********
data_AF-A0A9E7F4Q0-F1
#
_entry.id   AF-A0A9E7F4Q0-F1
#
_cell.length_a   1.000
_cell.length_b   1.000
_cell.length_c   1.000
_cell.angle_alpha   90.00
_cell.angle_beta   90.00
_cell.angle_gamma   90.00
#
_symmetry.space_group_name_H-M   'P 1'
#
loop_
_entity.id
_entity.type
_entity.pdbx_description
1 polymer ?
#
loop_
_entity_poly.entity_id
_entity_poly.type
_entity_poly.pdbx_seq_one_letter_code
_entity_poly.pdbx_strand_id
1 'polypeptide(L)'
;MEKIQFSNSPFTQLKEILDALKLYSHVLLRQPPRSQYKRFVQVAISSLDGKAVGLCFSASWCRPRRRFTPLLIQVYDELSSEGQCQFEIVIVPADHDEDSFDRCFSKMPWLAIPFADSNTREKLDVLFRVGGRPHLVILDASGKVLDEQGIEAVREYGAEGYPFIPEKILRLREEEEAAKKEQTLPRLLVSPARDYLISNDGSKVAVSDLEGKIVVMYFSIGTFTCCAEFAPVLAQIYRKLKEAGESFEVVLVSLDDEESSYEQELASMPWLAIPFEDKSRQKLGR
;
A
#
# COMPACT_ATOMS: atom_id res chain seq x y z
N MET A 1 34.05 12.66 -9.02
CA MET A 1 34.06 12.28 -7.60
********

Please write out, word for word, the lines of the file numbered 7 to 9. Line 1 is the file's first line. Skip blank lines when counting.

_cell.length_c   1.000
_cell.angle_alpha   90.00
_cell.angle_beta   90.00